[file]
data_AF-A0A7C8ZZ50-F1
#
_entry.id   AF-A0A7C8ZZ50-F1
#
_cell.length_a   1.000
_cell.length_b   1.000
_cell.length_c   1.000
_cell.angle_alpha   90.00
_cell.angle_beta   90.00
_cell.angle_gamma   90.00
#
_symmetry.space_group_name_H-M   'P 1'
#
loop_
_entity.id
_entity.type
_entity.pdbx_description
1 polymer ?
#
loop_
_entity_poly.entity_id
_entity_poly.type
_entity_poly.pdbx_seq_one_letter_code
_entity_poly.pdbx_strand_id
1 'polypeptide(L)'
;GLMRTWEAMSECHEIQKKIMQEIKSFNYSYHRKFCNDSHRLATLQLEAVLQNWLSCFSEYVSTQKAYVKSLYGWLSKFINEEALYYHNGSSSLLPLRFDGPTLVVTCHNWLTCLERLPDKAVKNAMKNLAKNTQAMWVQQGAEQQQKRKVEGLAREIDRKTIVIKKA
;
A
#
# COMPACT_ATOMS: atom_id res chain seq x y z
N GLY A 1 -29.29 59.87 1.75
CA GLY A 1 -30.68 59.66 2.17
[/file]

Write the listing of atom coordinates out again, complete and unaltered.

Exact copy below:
data_AF-A0A7C8ZZ50-F1
#
_entry.id   AF-A0A7C8ZZ50-F1
#
_cell.length_a   1.000
_cell.length_b   1.000
_cell.length_c   1.000
_cell.angle_alpha   90.00
_cell.angle_beta   90.00
_cell.angle_gamma   90.00
#
_symmetry.space_group_name_H-M   'P 1'
#
loop_
_entity.id
_entity.type
_entity.pdbx_description
1 polymer ?
#
loop_
_entity_poly.entity_id
_entity_poly.type
_entity_poly.pdbx_seq_one_letter_code
_entity_poly.pdbx_strand_id
1 'polypeptide(L)'
;GLMRTWEAMSECHEIQKKIMQEIKSFNYSYHRKFCNDSHRLATLQLEAVLQNWLSCFSEYVSTQKAYVKSLYGWLSKFINEEALYYHNGSSSLLPLRFDGPTLVVTCHNWLTCLERLPDKAVKNAMKNLAKNTQAMWVQQGAEQQQKRKVEGLAREIDRKTIVIKKA
;
A
#
# COMPACT_ATOMS: atom_id res chain seq x y z
N GLY A 1 -29.29 59.87 1.75
CA GLY A 1 -30.68 59.66 2.17